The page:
What About the Springfield Armory XD-E?

While impossible to count due to states with no permit requirements, somewhere over 16 million Americans legally carry concealed. With that many people, you’re going to see a plethora of different feature preferences and manufacturers are stepping up to the plate with options for everyone.

The Springfield Armory XD-E has two standout features. First, it’s a peace of mind gun for those who want extra layers of operational safety. Hold that thought; we’ll come back to it. Second, the slide is designed to be very easy to rack. Compact semi-automatic pistols have a reputation for tough controls like racking the slide and operating the slide release. This hammer-fired pistol is designed specifically to appeal to folks who may struggle with those tasks.

While it shares part of the name with the XD-S, the XD-E is quite different. It's hammer fired for starters.
While it shares part of the name with the XD-S, the XD-E is quite different. It’s hammer fired for starters.

Unlike the striker-fired XD-S, the XD-E is a hammer-fired double-action / single-action pistol, but with a twist. As the DA / SA design implies, the first trigger press is longer and heavier (about 10 pounds) as it both cocks the hammer and releases it. Subsequent shots operate in single-action mode with a 4.75-pound trigger press.

Unlike most double-actions, the frame safety locks the hammer.
Unlike most double-actions, the frame safety locks the hammer.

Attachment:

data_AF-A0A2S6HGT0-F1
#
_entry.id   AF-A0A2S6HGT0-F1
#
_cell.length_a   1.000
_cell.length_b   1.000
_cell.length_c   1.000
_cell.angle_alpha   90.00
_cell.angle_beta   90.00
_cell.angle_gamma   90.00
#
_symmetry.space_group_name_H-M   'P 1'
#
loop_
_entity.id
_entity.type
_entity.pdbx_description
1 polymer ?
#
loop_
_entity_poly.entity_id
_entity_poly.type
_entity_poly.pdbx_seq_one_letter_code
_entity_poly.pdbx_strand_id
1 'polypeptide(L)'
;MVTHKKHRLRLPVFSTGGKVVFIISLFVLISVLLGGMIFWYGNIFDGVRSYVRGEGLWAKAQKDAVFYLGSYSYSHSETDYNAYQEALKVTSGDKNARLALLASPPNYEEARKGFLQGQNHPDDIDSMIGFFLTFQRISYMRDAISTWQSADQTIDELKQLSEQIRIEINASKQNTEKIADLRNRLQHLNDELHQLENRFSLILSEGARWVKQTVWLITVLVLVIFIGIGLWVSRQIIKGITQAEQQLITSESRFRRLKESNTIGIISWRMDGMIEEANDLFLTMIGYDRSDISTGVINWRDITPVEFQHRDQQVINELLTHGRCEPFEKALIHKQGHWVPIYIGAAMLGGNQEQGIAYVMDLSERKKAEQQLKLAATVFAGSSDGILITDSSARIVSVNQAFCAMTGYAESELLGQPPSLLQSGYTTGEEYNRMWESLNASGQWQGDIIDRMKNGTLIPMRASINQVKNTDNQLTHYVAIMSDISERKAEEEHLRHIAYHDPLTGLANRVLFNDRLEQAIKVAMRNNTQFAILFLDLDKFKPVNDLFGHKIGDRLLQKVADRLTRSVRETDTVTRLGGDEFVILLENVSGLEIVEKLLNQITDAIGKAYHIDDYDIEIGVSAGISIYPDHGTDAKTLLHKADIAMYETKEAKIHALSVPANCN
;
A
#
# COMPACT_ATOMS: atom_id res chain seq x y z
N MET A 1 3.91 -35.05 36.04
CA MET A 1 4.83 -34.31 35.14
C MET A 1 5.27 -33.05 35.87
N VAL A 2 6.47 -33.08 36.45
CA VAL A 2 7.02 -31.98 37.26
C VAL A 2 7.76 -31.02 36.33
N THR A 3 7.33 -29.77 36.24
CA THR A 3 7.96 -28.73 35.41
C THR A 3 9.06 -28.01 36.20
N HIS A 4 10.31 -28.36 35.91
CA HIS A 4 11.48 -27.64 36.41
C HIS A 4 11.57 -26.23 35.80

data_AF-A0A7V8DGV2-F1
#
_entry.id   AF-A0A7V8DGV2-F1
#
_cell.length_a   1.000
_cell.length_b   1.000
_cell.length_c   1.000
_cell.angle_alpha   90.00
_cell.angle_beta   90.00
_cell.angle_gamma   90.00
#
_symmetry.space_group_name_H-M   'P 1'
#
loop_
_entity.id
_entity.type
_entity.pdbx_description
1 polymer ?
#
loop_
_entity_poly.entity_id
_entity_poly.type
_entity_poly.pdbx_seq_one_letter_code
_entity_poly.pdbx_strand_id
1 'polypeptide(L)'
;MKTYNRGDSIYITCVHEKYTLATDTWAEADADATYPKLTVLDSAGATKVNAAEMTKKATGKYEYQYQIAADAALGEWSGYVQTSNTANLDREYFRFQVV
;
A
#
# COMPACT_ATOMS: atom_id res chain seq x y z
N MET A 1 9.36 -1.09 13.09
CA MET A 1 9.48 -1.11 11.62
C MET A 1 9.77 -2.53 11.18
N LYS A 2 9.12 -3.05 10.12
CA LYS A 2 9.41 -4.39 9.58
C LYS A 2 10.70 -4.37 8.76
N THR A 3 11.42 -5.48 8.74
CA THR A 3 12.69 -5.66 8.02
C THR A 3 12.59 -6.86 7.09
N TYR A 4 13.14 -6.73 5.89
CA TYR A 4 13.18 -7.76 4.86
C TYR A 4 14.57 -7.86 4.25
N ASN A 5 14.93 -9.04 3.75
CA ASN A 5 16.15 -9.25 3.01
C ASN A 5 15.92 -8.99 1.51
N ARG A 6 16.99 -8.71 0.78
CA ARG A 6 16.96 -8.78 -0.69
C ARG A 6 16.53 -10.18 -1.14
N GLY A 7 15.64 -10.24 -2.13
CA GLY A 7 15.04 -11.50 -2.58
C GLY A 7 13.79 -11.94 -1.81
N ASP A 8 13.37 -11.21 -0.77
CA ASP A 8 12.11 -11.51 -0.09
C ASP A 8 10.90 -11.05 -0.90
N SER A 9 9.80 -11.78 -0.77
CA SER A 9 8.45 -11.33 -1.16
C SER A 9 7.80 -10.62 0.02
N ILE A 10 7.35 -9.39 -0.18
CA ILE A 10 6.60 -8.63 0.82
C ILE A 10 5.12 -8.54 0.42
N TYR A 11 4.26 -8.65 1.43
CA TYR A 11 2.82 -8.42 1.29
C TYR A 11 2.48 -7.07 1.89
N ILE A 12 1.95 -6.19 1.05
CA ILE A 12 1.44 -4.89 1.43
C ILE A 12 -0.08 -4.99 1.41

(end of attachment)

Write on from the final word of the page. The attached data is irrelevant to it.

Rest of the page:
Here’s the twist. While other guns like the Beretta 92FS and Walther PPK have combination safety / de-cocker levers, they aren’t true safeties that lock the hammer in place like a single-action pistol. The frame-mounted safety on the XD-E does exactly that, so you can technically carry it either cocked and locked like a 1911 or hammer down like a traditional double-action pistol. In either condition, the operation is the same. Flip the safety lever and press the trigger. If the hammer is cocked, the gun will fire in single-action mode. If it’s down, you’ll experience a double-action press.

The XD-E differs from the XD-S in a couple of other ways too. It features the newer GripZone texturing, which I liked. It’s also slightly larger. The standard capacity magazine is 8+1 and 9+1 with the extended magazine that also adds extra room for the pinkie finger. A fiber optic front sight is paired with low-profile combat sights in the rear.

The pistol shoots for a compact. Using a rest and rail mounted handgun scope, I eas able to fire five-shot groups from 25 yards measuring between 1.8 and 2.25 inches with American Eagle 124-grain FMJ, Sig Sauer V-Crown 115-grain, V-Crown 124-grain, and V-Crown 147 grain. Not too shabby.

Since the original XD-E hit the market, the company has introduced a .45 ACP model and two larger XD-E pistols, both of which are chambered in 9mm – for now.

Tom McHale is a committed learning junkie always seeking a new subject victim. As a lifelong student of whatever grabs his attention on any particular day, he thrives on beating rabbit trails into submission. In between his time as a high-tech marketing executive, restaurant owner, and hamster cosmetology practitioner, he's published seven books and nearly 1,500 articles about guns, shooting, and the American way.

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